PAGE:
My last post shared what I’d never confessed to my Sunday school teachers: I used to hate reading the Bible.
But then I prayed for God to help me desire His word. I realized I couldn’t love the Author of Life if I hated His writings. And simple as can be, He answered. By the next day, I craved the Bible. Driving down the highway, I’d suddenly give in to the urge to pull over at the next exit and read. I’d skip days hanging out with friends to read. I’d even spend services not listening but reading (oops). Many days, I study the Word for three to four hours, highlighting and noting like mad.
Here are my favorite revelations.
Not Really a “Drab, Dusty Narrative”
Ah, the humor, cleverness, wisdom, mystery, eloquence, tragedy! How did I not see all of this in the Bible before??
My April mission trip to Jordan continues to help me visualize the Biblical people, lands, and rituals. I see the Sea of Galilee while reading of Jesus walking down its shore, I feel the harshness of the sun beating upon his neck during His temptation, I taste the food of Bethlehem and know it was what Mary and Joseph once ate.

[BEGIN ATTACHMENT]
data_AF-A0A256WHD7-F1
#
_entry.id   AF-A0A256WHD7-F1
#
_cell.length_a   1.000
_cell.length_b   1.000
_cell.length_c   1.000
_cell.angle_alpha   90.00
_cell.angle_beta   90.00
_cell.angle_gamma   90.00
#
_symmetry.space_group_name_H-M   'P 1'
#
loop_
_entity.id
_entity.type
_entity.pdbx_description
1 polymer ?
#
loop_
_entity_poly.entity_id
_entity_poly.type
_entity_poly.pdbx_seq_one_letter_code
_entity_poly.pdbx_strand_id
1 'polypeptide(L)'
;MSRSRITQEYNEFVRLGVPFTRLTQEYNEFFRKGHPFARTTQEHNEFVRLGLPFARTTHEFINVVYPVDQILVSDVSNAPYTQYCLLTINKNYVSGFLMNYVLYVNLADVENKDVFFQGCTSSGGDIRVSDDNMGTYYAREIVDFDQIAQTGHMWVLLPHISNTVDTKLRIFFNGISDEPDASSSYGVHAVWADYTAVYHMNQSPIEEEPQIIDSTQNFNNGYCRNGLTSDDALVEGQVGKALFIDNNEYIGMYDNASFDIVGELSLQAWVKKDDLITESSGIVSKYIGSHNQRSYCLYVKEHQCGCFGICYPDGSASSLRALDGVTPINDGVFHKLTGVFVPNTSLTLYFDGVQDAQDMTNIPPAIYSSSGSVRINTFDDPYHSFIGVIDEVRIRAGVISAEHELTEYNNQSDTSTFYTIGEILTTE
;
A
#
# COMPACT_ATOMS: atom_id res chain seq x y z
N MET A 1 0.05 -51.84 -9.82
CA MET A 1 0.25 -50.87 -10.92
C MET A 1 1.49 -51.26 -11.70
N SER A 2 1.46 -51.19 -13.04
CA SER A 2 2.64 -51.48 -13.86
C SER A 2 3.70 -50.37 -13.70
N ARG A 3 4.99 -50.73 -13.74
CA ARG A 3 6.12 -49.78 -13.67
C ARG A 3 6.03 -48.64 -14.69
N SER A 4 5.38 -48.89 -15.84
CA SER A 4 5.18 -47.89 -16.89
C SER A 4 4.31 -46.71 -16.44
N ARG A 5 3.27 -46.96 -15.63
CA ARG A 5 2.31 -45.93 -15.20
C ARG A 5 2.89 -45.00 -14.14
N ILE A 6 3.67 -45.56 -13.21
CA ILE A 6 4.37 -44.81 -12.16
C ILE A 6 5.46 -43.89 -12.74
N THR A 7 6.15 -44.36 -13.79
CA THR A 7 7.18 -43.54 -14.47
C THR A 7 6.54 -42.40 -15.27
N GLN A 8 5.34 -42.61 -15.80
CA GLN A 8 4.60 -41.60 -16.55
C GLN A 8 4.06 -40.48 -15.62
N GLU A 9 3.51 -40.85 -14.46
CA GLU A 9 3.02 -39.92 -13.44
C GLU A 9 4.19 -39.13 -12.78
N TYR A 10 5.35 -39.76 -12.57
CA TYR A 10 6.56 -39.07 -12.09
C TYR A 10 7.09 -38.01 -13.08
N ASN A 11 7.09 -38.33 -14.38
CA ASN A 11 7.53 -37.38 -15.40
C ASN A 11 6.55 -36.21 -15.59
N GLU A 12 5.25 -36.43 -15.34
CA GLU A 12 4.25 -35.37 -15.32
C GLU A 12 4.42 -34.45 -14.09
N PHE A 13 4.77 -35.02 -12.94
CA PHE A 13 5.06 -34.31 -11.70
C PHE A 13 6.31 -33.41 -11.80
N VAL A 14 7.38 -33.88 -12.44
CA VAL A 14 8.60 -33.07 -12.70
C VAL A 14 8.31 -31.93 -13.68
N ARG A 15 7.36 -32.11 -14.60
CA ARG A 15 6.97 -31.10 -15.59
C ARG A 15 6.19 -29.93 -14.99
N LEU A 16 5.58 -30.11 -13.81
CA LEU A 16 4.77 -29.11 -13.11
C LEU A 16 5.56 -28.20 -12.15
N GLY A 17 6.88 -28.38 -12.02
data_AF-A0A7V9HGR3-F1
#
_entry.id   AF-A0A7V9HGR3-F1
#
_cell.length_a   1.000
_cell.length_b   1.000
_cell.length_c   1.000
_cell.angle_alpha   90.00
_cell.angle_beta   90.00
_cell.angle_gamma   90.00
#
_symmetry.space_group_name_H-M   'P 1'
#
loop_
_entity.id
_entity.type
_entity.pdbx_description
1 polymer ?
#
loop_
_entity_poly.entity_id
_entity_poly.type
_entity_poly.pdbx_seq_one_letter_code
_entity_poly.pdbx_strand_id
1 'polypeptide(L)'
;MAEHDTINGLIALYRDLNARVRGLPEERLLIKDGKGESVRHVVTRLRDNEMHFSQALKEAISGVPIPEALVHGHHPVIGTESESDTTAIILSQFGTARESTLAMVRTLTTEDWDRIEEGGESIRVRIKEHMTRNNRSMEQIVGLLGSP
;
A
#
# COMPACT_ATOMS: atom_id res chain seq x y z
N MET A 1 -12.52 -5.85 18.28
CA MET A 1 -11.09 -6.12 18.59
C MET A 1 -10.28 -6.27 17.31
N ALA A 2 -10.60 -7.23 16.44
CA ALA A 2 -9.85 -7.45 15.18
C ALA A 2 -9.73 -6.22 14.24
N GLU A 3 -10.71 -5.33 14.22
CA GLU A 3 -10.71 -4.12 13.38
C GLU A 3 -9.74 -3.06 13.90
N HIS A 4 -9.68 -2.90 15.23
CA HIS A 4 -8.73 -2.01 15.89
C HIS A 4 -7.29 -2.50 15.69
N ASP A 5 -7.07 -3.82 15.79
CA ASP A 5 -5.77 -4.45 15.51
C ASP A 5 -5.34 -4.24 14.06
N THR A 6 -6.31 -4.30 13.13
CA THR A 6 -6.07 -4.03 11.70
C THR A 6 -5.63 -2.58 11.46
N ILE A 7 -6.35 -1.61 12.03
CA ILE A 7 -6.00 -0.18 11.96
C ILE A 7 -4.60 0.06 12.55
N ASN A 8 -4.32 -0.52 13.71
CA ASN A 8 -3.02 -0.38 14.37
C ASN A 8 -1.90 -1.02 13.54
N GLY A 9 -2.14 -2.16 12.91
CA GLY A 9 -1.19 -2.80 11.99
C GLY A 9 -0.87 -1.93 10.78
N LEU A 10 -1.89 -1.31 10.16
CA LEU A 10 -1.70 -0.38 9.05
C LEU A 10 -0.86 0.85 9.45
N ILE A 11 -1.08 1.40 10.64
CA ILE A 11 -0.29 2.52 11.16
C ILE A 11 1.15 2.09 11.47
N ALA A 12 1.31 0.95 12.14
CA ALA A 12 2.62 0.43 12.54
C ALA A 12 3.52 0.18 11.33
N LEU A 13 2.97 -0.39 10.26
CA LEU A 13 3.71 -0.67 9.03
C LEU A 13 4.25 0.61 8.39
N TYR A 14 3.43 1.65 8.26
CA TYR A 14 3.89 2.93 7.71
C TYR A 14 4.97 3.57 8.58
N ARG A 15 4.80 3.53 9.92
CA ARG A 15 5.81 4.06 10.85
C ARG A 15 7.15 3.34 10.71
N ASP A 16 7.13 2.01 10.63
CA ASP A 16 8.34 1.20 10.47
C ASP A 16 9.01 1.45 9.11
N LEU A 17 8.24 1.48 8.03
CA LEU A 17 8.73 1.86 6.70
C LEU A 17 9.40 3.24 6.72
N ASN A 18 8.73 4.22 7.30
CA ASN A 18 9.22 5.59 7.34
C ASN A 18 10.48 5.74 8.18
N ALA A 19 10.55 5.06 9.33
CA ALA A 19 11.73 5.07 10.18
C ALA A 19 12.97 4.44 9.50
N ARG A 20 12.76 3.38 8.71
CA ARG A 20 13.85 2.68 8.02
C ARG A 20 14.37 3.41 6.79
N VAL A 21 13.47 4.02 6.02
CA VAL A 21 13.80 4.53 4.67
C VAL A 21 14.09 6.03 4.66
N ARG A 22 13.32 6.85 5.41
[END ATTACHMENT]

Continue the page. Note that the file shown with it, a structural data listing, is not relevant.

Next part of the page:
The cultural notes of my Bible help me realize how hilarious and even sassy Jesus was, how laughable the remarks of His disciples were (this emphasizes their future growth), and how mind-blowing the fulfilled prophecies were (and are).
A Misunderstood Text
The cultural notes also helped me approach the texts that most intimidated me. For example, I looked into the at-first-glance harsh words of Paul in the letters to the Corinthians and learned that they simply could not be read properly without
- knowing the audience and their specific problems, without studying the linguistics of keywords
- examining the difference between Gentiles and Jews
- studying the societal expectations of sex/gender in those days and at those places